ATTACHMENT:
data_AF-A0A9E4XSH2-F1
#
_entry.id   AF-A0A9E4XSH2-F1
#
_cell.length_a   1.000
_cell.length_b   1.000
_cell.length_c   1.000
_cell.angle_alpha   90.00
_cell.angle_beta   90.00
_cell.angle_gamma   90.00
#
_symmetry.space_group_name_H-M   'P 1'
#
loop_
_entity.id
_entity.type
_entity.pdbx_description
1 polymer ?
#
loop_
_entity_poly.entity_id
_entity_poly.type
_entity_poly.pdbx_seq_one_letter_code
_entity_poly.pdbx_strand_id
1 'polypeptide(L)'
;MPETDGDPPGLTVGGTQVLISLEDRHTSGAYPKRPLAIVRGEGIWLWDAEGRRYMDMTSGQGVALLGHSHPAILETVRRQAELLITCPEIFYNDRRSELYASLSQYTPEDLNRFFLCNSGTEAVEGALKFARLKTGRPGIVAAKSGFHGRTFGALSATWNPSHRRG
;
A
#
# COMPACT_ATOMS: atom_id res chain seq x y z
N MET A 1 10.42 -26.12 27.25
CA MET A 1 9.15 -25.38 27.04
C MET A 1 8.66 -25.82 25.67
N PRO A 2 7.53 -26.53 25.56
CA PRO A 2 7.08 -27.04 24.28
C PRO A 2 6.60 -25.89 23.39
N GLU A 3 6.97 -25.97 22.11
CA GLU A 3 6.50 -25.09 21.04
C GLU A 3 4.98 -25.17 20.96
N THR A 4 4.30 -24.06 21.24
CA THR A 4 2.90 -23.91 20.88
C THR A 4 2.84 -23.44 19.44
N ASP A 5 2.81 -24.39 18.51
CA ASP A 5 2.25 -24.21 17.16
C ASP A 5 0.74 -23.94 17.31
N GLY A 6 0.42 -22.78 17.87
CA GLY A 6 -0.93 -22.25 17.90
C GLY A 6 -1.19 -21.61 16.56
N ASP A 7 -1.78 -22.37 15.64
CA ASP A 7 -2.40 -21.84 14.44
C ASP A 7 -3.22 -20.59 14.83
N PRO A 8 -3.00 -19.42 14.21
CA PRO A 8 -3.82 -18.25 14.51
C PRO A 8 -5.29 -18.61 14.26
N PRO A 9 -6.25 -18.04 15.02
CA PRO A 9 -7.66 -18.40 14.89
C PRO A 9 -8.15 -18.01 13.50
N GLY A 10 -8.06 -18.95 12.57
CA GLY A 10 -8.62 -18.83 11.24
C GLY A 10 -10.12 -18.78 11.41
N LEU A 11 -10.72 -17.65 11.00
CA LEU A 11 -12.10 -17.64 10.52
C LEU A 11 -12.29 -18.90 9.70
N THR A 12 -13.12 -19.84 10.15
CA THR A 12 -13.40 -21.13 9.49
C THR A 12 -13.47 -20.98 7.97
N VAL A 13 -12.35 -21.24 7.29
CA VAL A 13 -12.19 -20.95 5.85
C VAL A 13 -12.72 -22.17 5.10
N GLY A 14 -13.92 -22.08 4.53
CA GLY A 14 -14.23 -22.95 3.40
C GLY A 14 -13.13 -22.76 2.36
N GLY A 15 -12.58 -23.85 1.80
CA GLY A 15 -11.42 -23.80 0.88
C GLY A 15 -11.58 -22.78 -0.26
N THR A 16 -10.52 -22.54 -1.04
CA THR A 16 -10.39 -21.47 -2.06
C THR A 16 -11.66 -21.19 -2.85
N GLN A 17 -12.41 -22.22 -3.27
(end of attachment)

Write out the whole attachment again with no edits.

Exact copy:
data_AF-A0A9E4XSH2-F1
#
_entry.id   AF-A0A9E4XSH2-F1
#
_cell.length_a   1.000
_cell.length_b   1.000
_cell.length_c   1.000
_cell.angle_alpha   90.00
_cell.angle_beta   90.00
_cell.angle_gamma   90.00
#
_symmetry.space_group_name_H-M   'P 1'
#
loop_
_entity.id
_entity.type
_entity.pdbx_description
1 polymer ?
#
loop_
_entity_poly.entity_id
_entity_poly.type
_entity_poly.pdbx_seq_one_letter_code
_entity_poly.pdbx_strand_id
1 'polypeptide(L)'
;MPETDGDPPGLTVGGTQVLISLEDRHTSGAYPKRPLAIVRGEGIWLWDAEGRRYMDMTSGQGVALLGHSHPAILETVRRQAELLITCPEIFYNDRRSELYASLSQYTPEDLNRFFLCNSGTEAVEGALKFARLKTGRPGIVAAKSGFHGRTFGALSATWNPSHRRG
;
A
#
# COMPACT_ATOMS: atom_id res chain seq x y z
N MET A 1 10.42 -26.12 27.25
CA MET A 1 9.15 -25.38 27.04
C MET A 1 8.66 -25.82 25.67
N PRO A 2 7.53 -26.53 25.56
CA PRO A 2 7.08 -27.04 24.28
C PRO A 2 6.60 -25.89 23.39
N GLU A 3 6.97 -25.97 22.11
CA GLU A 3 6.50 -25.09 21.04
C GLU A 3 4.98 -25.17 20.96
N THR A 4 4.30 -24.06 21.24
CA THR A 4 2.90 -23.91 20.88
C THR A 4 2.84 -23.44 19.44
N ASP A 5 2.81 -24.39 18.51
CA ASP A 5 2.25 -24.21 17.16
C ASP A 5 0.74 -23.94 17.31
N GLY A 6 0.42 -22.78 17.87
CA GLY A 6 -0.93 -22.25 17.90
C GLY A 6 -1.19 -21.61 16.56
N ASP A 7 -1.78 -22.37 15.64
CA ASP A 7 -2.40 -21.84 14.44
C ASP A 7 -3.22 -20.59 14.83
N PRO A 8 -3.00 -19.42 14.21
CA PRO A 8 -3.82 -18.25 14.51
C PRO A 8 -5.29 -18.61 14.26
N PRO A 9 -6.25 -18.04 15.02
CA PRO A 9 -7.66 -18.40 14.89
C PRO A 9 -8.15 -18.01 13.50
N GLY A 10 -8.06 -18.95 12.57
CA GLY A 10 -8.62 -18.83 11.24
C GLY A 10 -10.12 -18.78 11.41
N LEU A 11 -10.72 -17.65 11.00
CA LEU A 11 -12.10 -17.64 10.52
C LEU A 11 -12.29 -18.90 9.70
N THR A 12 -13.12 -19.84 10.15
CA THR A 12 -13.40 -21.13 9.49
C THR A 12 -13.47 -20.98 7.97
N VAL A 13 -12.35 -21.24 7.29
CA VAL A 13 -12.19 -20.95 5.85
C VAL A 13 -12.72 -22.17 5.10
N GLY A 14 -13.92 -22.08 4.53
CA GLY A 14 -14.23 -22.95 3.40
C GLY A 14 -13.13 -22.76 2.36
N GLY A 15 -12.58 -23.85 1.80
CA GLY A 15 -11.42 -23.80 0.88
C GLY A 15 -11.58 -22.78 -0.26
N THR A 16 -10.52 -22.54 -1.04
CA THR A 16 -10.39 -21.47 -2.06
C THR A 16 -11.66 -21.19 -2.85
N GLN A 17 -12.41 -22.22 -3.27